Uzi Mahnaimi, Tel Aviv Published: 19 May 2013
SYRIA has put its most advanced missiles on standby with orders to hit Tel Aviv if Israel launches another raid on its territory.
Reconnaissance satellites have been monitoring preparations by the Syrian army to deploy surface-to-surface Tishreen missiles.
An Israeli official told The New York Times that Israel, which has launched three recent attacks on Syria, was considering further strikes and warned President Bashar al-Assad that his government would face “crippling consequences” if he hit back at Israel.
The deployment of the Syrian-made Tishreen missiles, each of which can carry a half-ton payload, marks a significant escalation of tension in a region in which the United States and Russia appear to be preparing for a Cold War-style stand-off.
In a signal of its continued support for Assad, Russia last week sent a dozen warships to patrol the eastern Mediterranean close to its Syrian naval base in Tartus, its only naval outpost outside the former Soviet Union.
“This very much resembles the Cold War days when the Russian navy was patrolling the Mediterranean alongside the US Sixth Fleet,” said a Middle East analyst.
Talks between the Russian president, Vladimir Putin, and Binyamin Netanyahu, the Israeli prime minister, failed to win any assurances last week that Israel would stop its raids.
In turn, Netanyahu was unable to extract a promise from Putin to stop shipments of Yakhont P-800 Oniks anti-ship missiles to Syria. The missiles, described as “ship killers”, would deter western powers from any direct assistance to the rebels from the sea.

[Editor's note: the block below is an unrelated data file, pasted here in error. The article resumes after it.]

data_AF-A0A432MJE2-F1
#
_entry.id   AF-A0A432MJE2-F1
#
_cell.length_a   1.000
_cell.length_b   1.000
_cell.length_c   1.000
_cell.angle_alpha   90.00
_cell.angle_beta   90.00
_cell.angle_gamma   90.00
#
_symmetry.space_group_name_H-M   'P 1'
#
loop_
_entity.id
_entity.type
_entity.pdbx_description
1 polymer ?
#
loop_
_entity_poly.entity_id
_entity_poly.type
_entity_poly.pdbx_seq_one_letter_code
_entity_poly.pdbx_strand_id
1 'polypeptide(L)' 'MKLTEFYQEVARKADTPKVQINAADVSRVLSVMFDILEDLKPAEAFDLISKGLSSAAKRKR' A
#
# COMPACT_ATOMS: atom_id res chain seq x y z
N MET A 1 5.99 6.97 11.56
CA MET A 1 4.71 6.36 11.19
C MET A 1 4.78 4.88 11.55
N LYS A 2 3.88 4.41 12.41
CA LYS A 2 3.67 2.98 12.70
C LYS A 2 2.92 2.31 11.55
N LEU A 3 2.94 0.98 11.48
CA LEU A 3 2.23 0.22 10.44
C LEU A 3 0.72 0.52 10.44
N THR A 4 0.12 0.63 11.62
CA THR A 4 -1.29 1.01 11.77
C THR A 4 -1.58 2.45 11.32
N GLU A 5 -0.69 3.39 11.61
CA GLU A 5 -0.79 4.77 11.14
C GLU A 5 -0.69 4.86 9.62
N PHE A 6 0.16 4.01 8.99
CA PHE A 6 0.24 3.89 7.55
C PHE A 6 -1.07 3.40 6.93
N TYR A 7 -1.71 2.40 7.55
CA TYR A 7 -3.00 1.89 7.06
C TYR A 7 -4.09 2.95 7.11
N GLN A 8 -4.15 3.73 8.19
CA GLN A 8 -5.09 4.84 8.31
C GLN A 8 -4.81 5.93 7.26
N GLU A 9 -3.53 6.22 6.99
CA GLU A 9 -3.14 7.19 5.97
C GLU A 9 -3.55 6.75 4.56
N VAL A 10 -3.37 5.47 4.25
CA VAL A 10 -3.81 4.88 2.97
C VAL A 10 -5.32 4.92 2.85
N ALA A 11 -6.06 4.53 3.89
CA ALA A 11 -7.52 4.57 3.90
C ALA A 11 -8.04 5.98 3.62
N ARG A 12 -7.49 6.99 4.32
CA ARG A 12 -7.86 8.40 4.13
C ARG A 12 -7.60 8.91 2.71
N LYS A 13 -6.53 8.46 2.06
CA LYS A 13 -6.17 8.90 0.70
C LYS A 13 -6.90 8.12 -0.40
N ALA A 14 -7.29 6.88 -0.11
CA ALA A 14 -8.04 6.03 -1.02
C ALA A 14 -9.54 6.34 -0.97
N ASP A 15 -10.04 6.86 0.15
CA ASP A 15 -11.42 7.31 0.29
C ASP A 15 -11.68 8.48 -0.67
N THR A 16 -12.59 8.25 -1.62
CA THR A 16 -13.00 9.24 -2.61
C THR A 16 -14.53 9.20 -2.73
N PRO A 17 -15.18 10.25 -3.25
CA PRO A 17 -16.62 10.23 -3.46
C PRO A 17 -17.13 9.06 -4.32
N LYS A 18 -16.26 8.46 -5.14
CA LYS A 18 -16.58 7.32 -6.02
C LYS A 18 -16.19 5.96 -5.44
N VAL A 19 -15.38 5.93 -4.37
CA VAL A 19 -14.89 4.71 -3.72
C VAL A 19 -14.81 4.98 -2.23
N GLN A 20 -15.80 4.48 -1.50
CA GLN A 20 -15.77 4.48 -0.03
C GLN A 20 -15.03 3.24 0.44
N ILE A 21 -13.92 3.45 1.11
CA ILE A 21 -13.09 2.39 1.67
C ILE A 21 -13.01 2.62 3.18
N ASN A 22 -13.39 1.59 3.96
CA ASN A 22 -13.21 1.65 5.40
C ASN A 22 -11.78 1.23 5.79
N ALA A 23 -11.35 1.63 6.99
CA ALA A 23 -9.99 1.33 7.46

General Martin Dempsey, chairman of the US joint chiefs of staff, described Russia’s recent supply of the missiles to Assad as “ill-timed and very unfortunate” and said it risked prolonging a war that has already killed more than 80,000 Syrians.
Russia also appears ready to supply the regime with state-of-the-art S-300 anti-aircraft missiles. “Missile defence systems are delivered to protect the country that buys them from airstrikes,” said Sergei Lavrov, Russia’s foreign minister.
All parties fear hostilities spreading beyond Syria’s borders. Faisal al-Miqdad, Syria’s deputy foreign minister, said last week that the Israeli airstrikes represented “a declaration of war”.
Amid growing tension, John Brennan, the CIA director, met Tamir Pardo, the head of Mossad, Israel’s external espionage agency, and Moshe Ya’alon, the defence minister. According to Israeli press reports, Brennan’s mission was to “cool down” the Israelis over their Syrian raids.
Some Israeli defence experts believe that if Israel strikes again, Assad will have little choice but to retaliate.
“The Tishreen missiles are extremely accurate and can cause serious harm,” said Uzi Rubin, Israel’s leading missile expert.
He said Syria had large stocks of Tishreens. Referring to Israel’s main international airport, he said: “Even if they don’t hit Ben-Gurion directly, they would halt all commercial flights out of the country.”